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Indonesia’s death toll from Covid-19 is probably 2,200 – Reuters report

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PHOTO: AP

A Reuters review of data from 16 of the Indonesia’s 34 provinces shows that more than 2,200 people have died with acute symptoms of Covid-19 but were not recorded as victims. Indonesian medical experts say the figures indicate the national death toll is likely far higher than the official figure of 765.

Indonesia, the world’s fourth most populous country, has one of the world’s lowest testing rates, and epidemiologists say that has made it harder to get an accurate picture of the extent of infection in the archipelago.

The most recent data from the 16 provinces included in the study, show 2,212 deaths of patients under supervision because they had acute coronavirus symptoms. Indonesia’s health ministry uses the acronym PDP to classify these patients.

The data are collated by provincial agencies daily or weekly from figures provided by hospitals, clinics and burial records. Reuters obtained the data by checking websites, interviewing provincial officials and reviewing World Health Organisation reports.

The 2,212 deaths were in addition to the deaths of 693 people who tested positive for the virus in those provinces and were officially recorded as victims of the disease.

The 16 provinces, while they amount to fewer than half of the total, account for more than three quarters of the country’s population of 264 million .

Wiku Adisasmito, a senior member of the government’s Covid-19 taskforce, did not dispute Reuters’ findings but declined to comment on the number of coronavirus victims he believes are to be found among the patients classified as PDP.

He says many of the 19,897 suspected coronavirus patients in Indonesia have not been tested because of huge numbers of specimens awaiting processing at understaffed laboratories. Some people die before their sample is analysed.

“If they have thousands or hundreds of samples they need to test, which one will they give priority? They will give priority to the people that are still alive.”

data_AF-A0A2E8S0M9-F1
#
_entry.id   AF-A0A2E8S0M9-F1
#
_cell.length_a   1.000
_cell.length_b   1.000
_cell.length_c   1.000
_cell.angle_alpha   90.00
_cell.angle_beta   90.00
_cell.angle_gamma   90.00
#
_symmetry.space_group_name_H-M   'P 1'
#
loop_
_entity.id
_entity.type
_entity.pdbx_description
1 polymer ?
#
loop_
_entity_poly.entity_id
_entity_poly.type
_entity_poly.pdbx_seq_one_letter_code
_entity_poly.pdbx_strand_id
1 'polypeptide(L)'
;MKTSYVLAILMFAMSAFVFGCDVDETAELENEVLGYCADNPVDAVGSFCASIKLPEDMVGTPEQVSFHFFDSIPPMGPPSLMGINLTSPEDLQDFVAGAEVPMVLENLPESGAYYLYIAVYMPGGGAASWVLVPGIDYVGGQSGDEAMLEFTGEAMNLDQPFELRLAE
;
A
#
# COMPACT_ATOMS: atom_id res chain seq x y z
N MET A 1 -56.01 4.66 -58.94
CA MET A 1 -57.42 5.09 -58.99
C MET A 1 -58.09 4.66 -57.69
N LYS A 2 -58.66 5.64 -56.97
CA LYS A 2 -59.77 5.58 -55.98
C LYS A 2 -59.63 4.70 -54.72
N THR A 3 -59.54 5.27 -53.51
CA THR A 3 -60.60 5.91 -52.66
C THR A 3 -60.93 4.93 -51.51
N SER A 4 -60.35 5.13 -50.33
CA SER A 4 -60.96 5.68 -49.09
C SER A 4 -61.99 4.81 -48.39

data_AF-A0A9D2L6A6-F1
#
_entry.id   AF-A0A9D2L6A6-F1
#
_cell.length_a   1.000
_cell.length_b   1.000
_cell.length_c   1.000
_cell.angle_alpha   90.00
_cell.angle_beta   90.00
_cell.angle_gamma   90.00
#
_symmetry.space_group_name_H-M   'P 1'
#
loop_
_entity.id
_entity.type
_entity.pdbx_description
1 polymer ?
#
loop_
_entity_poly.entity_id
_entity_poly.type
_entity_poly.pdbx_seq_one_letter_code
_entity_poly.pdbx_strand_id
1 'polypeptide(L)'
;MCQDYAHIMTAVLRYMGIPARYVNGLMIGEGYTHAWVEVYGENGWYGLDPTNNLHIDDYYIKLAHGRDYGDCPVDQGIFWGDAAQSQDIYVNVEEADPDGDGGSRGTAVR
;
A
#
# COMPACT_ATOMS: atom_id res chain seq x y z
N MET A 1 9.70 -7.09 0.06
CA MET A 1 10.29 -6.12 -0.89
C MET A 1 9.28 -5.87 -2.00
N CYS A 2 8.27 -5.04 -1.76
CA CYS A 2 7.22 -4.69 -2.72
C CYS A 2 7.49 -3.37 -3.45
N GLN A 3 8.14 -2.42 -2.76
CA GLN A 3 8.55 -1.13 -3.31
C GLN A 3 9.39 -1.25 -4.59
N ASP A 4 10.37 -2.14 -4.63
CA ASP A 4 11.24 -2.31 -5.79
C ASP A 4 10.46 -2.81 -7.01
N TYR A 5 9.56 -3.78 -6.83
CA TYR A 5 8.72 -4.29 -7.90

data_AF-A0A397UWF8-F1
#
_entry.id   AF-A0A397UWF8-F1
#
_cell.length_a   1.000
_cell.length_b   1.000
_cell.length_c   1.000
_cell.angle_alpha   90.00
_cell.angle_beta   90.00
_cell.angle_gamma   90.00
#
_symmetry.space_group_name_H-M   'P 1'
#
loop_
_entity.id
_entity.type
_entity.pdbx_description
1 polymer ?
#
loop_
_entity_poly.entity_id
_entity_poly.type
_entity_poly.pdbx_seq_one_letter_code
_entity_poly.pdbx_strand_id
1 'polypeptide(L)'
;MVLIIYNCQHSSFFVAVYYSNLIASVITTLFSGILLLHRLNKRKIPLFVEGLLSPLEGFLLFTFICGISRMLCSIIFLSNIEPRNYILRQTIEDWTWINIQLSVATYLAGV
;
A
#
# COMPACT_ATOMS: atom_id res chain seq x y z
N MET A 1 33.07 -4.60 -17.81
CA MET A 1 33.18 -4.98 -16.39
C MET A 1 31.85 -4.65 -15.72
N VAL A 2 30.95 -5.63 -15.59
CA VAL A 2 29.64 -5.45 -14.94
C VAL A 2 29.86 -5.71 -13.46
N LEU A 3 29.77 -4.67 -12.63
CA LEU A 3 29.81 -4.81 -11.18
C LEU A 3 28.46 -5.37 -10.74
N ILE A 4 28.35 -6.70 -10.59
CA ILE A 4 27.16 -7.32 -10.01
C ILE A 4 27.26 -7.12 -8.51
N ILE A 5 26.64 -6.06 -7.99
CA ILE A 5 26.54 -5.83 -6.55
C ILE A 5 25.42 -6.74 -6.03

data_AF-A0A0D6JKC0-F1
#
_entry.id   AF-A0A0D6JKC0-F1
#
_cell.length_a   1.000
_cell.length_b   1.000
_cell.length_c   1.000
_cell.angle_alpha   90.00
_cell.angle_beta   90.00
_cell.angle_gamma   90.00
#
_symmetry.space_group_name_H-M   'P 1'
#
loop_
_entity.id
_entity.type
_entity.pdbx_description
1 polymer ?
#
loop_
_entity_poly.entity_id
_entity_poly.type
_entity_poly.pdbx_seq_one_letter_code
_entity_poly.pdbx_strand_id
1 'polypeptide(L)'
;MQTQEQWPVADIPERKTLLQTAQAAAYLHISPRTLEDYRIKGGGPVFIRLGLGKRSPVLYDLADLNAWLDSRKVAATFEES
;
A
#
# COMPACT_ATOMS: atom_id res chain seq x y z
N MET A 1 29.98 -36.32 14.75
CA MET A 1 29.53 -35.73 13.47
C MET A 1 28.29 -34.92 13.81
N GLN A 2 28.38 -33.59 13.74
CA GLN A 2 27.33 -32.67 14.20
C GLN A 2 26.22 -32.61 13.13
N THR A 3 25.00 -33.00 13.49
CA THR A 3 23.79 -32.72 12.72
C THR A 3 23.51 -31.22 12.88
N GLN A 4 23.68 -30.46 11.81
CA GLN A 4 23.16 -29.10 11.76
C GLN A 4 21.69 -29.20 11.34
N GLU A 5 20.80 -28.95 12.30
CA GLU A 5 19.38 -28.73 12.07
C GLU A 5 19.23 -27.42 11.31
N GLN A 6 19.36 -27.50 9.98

Adisasmito is the most senior expert on Indonesia’s Covid-19 taskforce, where the press office of President Joko Widodo typically refers queries. According to the Ministry of Health’s most recent Covid-19 guidelines, patients classified as PDP are those with acute respiratory illnesses for which there is no clinical explanation other than the coronavirus.

Some senior government members played down the risk of an outbreak in January and February some even suggesting that prayer, herbal remedies and hot weather would help ward off the virus. Indonesia’s death toll is now the highest in Asia after China, according to the Reuters tally.

As of yesterday, Indonesia had officially recorded 9,096 coronavirus infections. It has conducted just 210 tests per million people. Neighbouring Australia has tested 100 times more per capita, and Vietnam’s testing is around 10 times higher.

President Joko Widodo’s government has been accused by activists and his political opponents of a lack of transparency in handling the epidemic. The government says it’s taken appropriate measures, but Widodo said last month that some information was withheld from the public to prevent panic.

SOURCE: Reuters

 

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Jack Burton is an American writer, broadcaster, linguist and journalist who has lived in Asia since 1987. A native of the state of Georgia, he attended the The University of Georgia's Henry Grady School of Journalism, which hands out journalism's prestigious Peabody Awards. His works have appeared in The China Post, The South China Morning Post, The International Herald Tribune and many magazines throughout Asia and the world. He is fluent in Mandarin and has appeared on television and radio for decades in Taiwan, Mainland China, Hong Kong and Macau.

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